Photo: Bryan Branham (left), director of Marshall’s Bill Noe Flight School, thanks Arville Cline, Marshall alumnus and CFO/COO of Metatron Unmanned Solutions, for the company’s donation of drones to the flight school.


Marshall University has announced the receipt of five commercial-grade drones provided courtesy of West Virginia-based Metatron Unmanned Solutions for use as part of the growing curriculum in Marshall’s Bill Noe Flight School, part of the Division of Aviation.

The drones and accompanying equipment, valued at more than $93,000, are part of a long-term strategy by Marshall’s Division of Aviation to continue to grow the program into the future.

“The Bill Noe Flight School is excited to receive the Metatron drones,” said Bryan Branham, director and chief instructor of the Bill Noe Flight School. “These drones and support equipment fit into our future plans to add Federal Aviation Administration remote pilot certification to our curriculum.”

Headquartered in Charleston, West Virginia, with satellite offices throughout the Southeast and Mid-Atlantic states, Metatron Unmanned Solutions is a global provider of unmanned aerial vehicles. Metatron’s focus is on commercial use of drones and the development of curriculum to educate and qualify potential operators of commercial drones.

Marshall alumnus Arville Cline, CFO/COO of Metatron Unmanned Solutions, said that changes to the market due to the COVID-19 pandemic presented a unique opportunity to partner with the university and provide an inventory of brand-new Drone Volt machines for use by the new aviation program.

Among the donated drones are two Hercules 20 and one Hercules 10 drones, in addition to cutting-edge drone technology.

“The economic challenge of the pandemic moved the focus of Metatron from drone sales to exclusively that of operator education. The result was a large inventory of brand new, unused drones for which a market was now handicapped,” Arville said. “After discussion with other members of Metatron, and with their approval, I decided that the means to step through the open door of giving back to the university was now available.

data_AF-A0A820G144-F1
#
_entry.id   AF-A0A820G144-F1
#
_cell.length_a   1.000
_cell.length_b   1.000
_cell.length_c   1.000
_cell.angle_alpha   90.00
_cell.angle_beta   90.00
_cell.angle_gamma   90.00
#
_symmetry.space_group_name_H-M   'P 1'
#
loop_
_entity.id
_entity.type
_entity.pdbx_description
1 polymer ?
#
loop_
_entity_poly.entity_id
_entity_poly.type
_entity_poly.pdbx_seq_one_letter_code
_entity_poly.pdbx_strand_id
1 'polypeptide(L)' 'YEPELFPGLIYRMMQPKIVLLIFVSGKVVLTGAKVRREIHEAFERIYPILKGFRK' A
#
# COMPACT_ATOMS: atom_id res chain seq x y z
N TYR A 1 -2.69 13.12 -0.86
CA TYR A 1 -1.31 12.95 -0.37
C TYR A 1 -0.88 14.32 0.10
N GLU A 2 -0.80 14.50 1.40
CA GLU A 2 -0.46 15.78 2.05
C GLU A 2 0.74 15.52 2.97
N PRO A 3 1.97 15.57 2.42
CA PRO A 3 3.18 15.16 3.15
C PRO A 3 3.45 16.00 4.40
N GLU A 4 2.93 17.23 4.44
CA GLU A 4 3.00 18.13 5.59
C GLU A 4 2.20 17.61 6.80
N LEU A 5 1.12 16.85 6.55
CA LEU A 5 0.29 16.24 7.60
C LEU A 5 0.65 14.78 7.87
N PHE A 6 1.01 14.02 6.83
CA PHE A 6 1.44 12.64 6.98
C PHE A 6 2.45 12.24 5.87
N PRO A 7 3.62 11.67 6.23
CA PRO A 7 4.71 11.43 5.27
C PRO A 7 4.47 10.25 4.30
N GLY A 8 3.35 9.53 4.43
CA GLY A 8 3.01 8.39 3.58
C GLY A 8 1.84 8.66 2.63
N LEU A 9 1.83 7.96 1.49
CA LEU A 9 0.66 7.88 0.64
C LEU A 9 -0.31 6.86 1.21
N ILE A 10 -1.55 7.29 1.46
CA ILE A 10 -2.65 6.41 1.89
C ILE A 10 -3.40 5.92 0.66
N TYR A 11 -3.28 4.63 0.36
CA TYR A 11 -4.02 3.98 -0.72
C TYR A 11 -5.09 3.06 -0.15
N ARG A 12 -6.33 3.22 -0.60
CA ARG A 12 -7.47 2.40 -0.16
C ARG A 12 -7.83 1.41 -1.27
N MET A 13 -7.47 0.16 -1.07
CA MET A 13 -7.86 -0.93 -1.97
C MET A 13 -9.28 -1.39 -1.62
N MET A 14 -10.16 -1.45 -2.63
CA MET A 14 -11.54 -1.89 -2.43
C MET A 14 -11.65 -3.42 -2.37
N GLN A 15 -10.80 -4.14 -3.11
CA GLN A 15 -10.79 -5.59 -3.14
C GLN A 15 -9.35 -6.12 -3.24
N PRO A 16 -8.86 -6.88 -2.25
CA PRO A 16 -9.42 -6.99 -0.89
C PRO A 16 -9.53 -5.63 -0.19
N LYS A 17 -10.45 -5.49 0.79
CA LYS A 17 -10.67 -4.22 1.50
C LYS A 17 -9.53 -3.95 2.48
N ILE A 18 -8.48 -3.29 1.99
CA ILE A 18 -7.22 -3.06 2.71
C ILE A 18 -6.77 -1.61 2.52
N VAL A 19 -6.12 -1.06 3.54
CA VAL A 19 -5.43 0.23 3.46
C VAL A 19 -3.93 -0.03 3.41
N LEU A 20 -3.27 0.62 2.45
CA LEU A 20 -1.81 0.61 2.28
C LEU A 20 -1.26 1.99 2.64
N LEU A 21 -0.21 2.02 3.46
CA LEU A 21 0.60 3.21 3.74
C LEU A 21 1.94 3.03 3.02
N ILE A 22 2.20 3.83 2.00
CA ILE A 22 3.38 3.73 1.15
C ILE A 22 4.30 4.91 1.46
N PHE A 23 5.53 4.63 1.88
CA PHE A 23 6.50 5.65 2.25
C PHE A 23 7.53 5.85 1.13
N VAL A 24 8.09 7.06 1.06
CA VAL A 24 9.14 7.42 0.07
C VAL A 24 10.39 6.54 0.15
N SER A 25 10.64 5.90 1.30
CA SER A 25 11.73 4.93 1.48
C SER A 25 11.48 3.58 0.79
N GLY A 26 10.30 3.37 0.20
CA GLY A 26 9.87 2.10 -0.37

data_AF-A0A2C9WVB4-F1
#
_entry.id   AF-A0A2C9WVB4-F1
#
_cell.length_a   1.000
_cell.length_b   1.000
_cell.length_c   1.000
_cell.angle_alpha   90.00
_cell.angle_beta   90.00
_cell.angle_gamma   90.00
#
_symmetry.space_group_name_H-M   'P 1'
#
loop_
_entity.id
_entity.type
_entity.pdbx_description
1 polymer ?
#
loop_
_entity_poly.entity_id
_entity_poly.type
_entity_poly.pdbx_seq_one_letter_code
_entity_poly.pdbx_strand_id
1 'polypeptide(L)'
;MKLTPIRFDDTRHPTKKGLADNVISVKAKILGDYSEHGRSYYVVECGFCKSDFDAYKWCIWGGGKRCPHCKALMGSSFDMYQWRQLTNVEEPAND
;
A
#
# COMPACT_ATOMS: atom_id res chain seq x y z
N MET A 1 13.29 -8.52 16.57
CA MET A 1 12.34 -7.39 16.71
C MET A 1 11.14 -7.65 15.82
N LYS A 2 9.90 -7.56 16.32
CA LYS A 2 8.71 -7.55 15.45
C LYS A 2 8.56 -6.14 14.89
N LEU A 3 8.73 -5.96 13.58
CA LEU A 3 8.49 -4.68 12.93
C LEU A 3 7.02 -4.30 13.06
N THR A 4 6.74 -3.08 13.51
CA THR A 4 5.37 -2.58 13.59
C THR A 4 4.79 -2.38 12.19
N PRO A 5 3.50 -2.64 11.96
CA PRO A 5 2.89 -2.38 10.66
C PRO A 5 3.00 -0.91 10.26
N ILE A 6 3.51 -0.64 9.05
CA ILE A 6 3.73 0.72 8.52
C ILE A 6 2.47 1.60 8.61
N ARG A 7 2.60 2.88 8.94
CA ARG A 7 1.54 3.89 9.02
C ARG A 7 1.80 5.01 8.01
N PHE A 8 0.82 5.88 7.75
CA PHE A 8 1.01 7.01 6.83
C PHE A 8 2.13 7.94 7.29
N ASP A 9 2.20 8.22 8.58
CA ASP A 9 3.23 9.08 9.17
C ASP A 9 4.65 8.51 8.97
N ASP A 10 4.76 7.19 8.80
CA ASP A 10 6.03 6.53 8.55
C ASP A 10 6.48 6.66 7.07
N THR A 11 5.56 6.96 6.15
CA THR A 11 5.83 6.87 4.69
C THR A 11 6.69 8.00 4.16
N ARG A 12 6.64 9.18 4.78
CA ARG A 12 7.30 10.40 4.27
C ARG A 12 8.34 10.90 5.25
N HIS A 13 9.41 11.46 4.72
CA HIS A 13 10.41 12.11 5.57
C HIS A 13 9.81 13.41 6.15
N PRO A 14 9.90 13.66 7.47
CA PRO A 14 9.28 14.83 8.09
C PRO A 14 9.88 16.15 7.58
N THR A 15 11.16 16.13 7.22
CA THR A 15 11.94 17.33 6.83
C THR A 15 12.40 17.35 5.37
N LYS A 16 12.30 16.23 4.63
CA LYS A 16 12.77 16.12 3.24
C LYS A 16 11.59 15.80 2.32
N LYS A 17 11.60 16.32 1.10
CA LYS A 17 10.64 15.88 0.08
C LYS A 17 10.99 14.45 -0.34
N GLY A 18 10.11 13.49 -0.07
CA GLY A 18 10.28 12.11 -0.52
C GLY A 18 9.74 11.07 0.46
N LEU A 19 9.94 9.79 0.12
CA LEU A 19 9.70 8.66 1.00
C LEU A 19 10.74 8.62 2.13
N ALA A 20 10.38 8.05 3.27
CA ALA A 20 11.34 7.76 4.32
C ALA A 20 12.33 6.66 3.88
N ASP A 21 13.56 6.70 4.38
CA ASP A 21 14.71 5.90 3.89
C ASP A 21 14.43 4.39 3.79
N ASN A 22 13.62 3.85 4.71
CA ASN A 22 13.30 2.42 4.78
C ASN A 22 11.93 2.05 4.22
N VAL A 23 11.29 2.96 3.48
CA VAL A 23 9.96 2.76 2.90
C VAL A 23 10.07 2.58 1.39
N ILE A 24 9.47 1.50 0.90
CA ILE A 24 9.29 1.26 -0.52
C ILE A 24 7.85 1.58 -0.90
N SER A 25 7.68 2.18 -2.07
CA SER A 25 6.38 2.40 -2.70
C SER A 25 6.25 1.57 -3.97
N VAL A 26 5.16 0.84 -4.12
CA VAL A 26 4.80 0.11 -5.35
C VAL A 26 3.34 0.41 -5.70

“I was privileged to deliver to Bryan Branham at the Marshall aviation school an inventory of brand-new commercial-use drones. It was a banner moment in my life to be able to augment the ongoing aviation education plans of Marshall and to embrace a deep gratitude for the relationship I have with the members of Metatron.

“I hope this will help assist the aviation school in fast-tracking its long-range plans of unmanned craft training and certification.”

Arville, who graduated from Marshall in 1974, said that it was a dream to be able to give back to his alma mater after the university gave him the tools to succeed in his career.

“As a small-town guy that was given the opportunity to develop a career, I hold a personally developed obligation to a university that afforded me the educational tools to pursue a career that created a life for myself and those I love,” Arville said. “So, ‘We are Marshall’ is more than just a chant for me.”

The donation will help support the Bill Noe Flight School, which opened in the fall of 2021. Currently, Marshall is working with the Federal Aviation Administration (FAA) to offer two academic degree programs that will prepare students for careers in the aviation industry. The first, the Commercial Pilot: Fixed-Wing, B.S. program, opened in the fall and has been approved by the FAA. The second program, an Aviation Maintenance, A.A.S. program, is scheduled to be available in 2022.

The flight school program is housed at Yeager Airport in Charleston, West Virginia. At its peak, Marshall will graduate 50 pilots a year with a total enrollment of 200 students.

The aviation maintenance program will reside at the Tri-State Airport in Wayne County, West Virginia.

From Marshall University News